Date of Award


Degree Type


Degree Name

Doctor of Philosophy in Pharmaceutical Sciences


Biomedical and Pharmaceutical Sciences

First Advisor

Jyothi Menon


Lung cancer is the leading cause of global cancer-related deaths. Often asymptomatic and diagnosed at advanced stages, about 50 % of lung cancer is diagnosed at stage IV with the cancer's 5-year survival rate being only 16%. Surgery is usually considered for only early-stage cancer, while advanced lung cancer leans towards chemotherapy. However, conventional chemotherapy responses are often limited and come with severe side effects, including potentially fatal pulmonary toxicity. Hence, there is an urgent need in the development of an effective chemo-treatment regimen.

Pulmonary delivery through inhalation provides a direct route for delivering chemotherapeutics to lung pathology, minimizing systemic exposure, and thereby reducing the typical adverse effects associated with systemic administration of chemotherapy. Nanomedicine has demonstrated promising outcomes in the delivery of chemotherapy compared to traditional drugs, attributed to the enhanced permeation and retention effect. However, the lung with its dynamic environment, actively eliminates foreign materials entering the respiratory system through processes like mucociliary clearance, macrophage phagocytosis, and specialized mucosal immune responses. Alveolar macrophages, situated in the alveolar space of the lung, swiftly phagocytose inhaled pathogens or any foreign particles entering the pulmonary tract.

The key aims of this dissertation are: (i) developing and evaluating biomimetic lung-surfactant coated polymeric nanoplatform to evade alveolar macrophage phagocytosis and provide site-specific anti-cancer therapy following nebulization

(ii) investigating the effect of nebulization on the physico-chemical properties, cellular internalization and therapeutic efficacy of the developed lung-surfactant coated polymeric nanoparticles to confirm the retention of desirable properties post nebulization., and (iii) developing and evaluating biomimetic lipid vesicle as an effective nanocarrier for drug combinations and evaluating the therapeutic efficacy for cancer treatment.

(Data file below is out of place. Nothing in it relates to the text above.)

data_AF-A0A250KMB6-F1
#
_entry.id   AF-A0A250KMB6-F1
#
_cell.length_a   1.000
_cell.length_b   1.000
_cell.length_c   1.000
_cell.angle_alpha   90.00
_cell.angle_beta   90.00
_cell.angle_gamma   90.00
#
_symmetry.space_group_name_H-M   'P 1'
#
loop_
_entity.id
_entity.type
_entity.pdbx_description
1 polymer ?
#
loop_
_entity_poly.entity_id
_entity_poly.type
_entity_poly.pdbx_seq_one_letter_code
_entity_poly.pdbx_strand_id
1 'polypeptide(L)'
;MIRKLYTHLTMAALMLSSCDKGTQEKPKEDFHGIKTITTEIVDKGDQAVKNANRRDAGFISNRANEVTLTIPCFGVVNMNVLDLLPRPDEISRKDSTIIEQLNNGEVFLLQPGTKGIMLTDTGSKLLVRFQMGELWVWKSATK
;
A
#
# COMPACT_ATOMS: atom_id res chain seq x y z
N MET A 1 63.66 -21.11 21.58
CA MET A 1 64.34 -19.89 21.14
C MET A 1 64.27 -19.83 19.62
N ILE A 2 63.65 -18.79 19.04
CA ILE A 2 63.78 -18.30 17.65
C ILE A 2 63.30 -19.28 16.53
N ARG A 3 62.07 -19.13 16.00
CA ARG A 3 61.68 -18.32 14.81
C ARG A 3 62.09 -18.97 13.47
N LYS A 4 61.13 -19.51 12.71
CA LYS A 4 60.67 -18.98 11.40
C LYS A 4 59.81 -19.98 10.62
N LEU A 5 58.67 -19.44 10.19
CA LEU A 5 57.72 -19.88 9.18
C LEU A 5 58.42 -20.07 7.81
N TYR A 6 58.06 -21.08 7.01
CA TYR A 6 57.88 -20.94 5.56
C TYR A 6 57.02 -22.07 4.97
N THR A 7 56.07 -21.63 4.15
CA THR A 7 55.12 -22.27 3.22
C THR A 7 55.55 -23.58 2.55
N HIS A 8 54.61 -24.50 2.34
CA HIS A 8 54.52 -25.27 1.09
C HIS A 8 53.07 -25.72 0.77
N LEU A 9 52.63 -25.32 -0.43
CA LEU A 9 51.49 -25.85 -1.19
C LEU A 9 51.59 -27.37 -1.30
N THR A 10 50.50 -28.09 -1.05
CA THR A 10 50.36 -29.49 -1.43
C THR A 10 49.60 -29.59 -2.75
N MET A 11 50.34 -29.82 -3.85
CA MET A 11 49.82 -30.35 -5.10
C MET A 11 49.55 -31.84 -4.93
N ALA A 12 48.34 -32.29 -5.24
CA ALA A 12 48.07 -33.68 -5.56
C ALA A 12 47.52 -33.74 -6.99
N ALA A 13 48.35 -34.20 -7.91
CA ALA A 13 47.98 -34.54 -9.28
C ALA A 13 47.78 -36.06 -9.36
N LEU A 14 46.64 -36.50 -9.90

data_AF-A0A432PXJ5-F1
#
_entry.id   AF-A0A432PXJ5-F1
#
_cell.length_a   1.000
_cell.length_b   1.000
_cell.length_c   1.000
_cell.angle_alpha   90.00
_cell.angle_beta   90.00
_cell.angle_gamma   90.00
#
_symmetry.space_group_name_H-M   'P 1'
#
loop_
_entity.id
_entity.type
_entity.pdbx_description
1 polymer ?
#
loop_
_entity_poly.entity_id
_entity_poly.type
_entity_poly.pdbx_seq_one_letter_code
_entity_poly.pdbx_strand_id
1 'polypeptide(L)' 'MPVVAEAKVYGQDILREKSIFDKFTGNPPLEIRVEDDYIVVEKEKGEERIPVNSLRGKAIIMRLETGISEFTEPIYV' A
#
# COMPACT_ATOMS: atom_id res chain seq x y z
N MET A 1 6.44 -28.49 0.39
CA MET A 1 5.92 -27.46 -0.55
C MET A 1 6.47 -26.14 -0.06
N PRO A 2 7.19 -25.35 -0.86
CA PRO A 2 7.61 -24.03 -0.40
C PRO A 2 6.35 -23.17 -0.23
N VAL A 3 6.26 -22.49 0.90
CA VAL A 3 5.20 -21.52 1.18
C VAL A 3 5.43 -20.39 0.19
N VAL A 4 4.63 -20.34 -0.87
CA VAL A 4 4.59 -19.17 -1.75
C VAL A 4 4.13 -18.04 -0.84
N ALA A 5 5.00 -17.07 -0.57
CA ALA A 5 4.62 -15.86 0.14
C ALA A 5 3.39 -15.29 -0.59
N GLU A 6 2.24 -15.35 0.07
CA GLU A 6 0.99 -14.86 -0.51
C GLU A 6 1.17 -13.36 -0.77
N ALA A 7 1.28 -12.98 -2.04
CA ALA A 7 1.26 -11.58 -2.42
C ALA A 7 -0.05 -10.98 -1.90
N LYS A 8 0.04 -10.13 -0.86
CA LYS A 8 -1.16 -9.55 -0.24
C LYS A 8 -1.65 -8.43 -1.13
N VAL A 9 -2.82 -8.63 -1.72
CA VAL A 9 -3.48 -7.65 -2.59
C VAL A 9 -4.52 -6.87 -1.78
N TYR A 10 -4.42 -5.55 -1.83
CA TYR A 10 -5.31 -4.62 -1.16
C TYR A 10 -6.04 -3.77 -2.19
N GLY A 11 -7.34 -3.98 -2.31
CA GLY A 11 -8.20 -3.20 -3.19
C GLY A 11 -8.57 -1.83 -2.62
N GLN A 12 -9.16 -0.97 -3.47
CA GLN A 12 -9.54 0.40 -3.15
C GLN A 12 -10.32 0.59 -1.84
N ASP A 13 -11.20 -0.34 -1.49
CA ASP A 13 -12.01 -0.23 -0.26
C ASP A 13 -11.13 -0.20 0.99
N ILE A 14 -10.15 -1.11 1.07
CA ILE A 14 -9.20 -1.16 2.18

Biomimetic lung surfactant-coated polymeric nanoparticles (~200 nm) were fabricated that exhibited stability in phosphate buffered saline, serum and Gamble’s solution (simulated lung fluid). The particles confirmed the cytocompatible nature with dose-dependent uptake by lung cancer cells. Significant decrease in nanoparticle (NP) uptake was observed by the alveolar macrophages in comparison to uncoated NPs. The drug-loaded NPs exhibited a sustained drug-release profile with improved therapeutic efficacy as compared to free drugs. Additionally, in vivo studies confirmed greater retention of intranasally inhaled LS-coated NPs in the lungs of C57BL/6 WT mice compared to uncoated NPs.

Nebulization process did not impact the physico-chemical characterization and therapeutic effectiveness of the developed lung surfactant-coated polymeric NPs, while retaining the drug release kinetics and the therapeutic efficacy of the NPs. Cellular uptake studies demonstrated a substantial reduction in the uptake of nebulized nanoparticles by alveolar macrophages, while effectively being internalized by the lung cancer cells.

Lastly, biomimetic lung surfactant vesicles (LSVs) proved to be an effective drug carrier for the combinatorial treatment of lung cancer. These LSVs effectively released the drugs (gemcitabine from the inner core and curcumin from the lipid bilayer), while maintaining stability for up to 7 days at both 4 °C and 37 °C. The LSVs also exhibited cytocompatibility, and displayed dose-dependent uptake by the lung cancer cells with minimal uptake by alveolar macrophages. The drug loaded LSVs demonstrated significant cytotoxicity and induced apoptosis in cancer cells.

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This work is licensed under a Creative Commons Attribution 4.0 License.

Available for download on Monday, January 19, 2026